Tuesday, April 28, 2015

Quantum games

Research from LMU in Munich attempts to test if quantum particles, such as bosons, follow prescriptions of game theory, a well established concept in economics. This is in a favorable direction as it may simplify quantum behavior by using constructs from macro systems. The incentives for bosons to be on the same wavelength as their neighbors is akin to incentives present in human interactions. And, if a simple objective function, such as profits or wealth maximization can be found for quantum particles, then, their behavior could well be predicted by economic theory. It has been noted that, at the extreme, the Bose-Einstein condensate behaves like a single super particle. It is conceivable that if such behavior is universal, it has implications for design for truly advanced societies.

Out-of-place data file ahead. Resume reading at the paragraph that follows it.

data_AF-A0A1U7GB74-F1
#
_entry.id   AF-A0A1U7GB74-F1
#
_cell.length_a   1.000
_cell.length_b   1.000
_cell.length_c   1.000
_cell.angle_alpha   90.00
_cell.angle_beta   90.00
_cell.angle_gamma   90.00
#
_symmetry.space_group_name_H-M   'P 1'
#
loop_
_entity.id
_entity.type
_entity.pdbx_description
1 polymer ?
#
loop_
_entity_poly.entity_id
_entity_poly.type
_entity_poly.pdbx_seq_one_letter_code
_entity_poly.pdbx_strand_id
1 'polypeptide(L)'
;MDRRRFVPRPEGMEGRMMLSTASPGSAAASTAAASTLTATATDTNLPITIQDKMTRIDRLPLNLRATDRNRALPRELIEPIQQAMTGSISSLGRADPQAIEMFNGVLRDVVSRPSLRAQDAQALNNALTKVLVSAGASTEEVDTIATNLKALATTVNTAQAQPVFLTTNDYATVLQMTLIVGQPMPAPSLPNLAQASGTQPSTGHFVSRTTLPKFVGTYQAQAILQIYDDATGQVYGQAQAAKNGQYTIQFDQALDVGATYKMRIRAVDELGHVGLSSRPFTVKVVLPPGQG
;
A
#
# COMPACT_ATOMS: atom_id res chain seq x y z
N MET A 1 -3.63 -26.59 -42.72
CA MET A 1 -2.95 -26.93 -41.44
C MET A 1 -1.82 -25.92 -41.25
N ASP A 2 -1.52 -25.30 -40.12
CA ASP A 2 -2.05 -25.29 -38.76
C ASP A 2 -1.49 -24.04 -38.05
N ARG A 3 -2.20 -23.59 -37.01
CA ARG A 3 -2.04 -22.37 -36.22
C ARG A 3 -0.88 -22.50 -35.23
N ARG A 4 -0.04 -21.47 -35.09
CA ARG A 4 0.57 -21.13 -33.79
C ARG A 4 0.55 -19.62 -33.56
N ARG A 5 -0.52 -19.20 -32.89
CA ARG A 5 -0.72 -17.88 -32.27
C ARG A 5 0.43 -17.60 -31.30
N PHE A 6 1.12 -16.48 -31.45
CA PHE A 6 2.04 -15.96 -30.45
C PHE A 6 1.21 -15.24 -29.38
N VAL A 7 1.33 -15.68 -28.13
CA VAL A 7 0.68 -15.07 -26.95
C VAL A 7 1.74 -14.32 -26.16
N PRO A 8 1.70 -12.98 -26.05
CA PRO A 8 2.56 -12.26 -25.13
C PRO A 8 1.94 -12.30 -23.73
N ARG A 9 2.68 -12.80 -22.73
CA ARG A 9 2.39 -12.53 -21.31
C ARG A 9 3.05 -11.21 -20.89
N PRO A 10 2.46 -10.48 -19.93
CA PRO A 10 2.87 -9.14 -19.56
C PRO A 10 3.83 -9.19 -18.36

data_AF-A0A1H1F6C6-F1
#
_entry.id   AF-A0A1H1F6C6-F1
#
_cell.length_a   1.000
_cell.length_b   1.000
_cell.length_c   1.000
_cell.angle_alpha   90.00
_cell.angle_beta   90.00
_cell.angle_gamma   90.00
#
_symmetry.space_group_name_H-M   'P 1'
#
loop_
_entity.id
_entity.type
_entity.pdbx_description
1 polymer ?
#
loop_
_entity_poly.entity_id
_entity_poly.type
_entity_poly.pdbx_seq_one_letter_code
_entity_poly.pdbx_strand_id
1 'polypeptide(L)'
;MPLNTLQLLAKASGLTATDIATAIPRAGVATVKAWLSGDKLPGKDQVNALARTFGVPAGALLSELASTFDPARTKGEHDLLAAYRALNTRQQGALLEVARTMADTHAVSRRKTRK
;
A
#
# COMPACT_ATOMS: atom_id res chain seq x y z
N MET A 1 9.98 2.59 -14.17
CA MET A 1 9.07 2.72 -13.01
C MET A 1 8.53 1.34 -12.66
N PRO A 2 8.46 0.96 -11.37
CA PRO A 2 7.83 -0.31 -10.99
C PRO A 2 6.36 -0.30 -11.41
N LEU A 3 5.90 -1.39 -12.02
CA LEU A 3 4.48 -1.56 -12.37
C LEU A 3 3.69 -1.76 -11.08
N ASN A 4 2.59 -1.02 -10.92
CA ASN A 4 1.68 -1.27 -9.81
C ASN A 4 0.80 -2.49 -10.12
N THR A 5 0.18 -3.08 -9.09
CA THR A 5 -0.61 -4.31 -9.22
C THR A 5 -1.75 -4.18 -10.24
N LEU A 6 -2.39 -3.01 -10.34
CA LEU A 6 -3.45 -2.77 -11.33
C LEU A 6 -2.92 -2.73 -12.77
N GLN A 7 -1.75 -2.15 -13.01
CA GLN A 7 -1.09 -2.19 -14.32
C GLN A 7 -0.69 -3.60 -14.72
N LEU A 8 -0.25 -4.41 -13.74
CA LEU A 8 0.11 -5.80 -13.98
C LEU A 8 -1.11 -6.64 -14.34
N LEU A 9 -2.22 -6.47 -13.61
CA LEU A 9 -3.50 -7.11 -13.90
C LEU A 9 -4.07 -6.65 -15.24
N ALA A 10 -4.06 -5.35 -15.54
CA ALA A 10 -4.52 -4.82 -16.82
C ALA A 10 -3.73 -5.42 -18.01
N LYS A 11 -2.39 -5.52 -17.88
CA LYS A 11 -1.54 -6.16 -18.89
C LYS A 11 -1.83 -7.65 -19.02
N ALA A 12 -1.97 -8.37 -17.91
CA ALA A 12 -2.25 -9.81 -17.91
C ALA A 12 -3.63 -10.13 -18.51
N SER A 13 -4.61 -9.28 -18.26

The divergence of the behavior of quantum systems from human scale systems has been problematic not only for physicists but also for amateurs who seek simplification. Intuition seems to point to missing attributes or perhaps a completely wrong theory. If quantum behavior could be explained by those seen in bigger systems, then the chance of survival increases for the theory itself. However, this implicitly assumes that bigger systems are a natural progression of quantum ones and most available information seems to refute such a notion. Engineering bias force scientists and technologists to a unified theory – from parts to the whole - and it is quite possible that multiple universes with differing laws exist within the observable one in human scale.

Whatever the reality, the notion of explaining quantum behavior using larger systems is intriguing. If this is possible, such behavior could provide direction for better designs of human systems as well.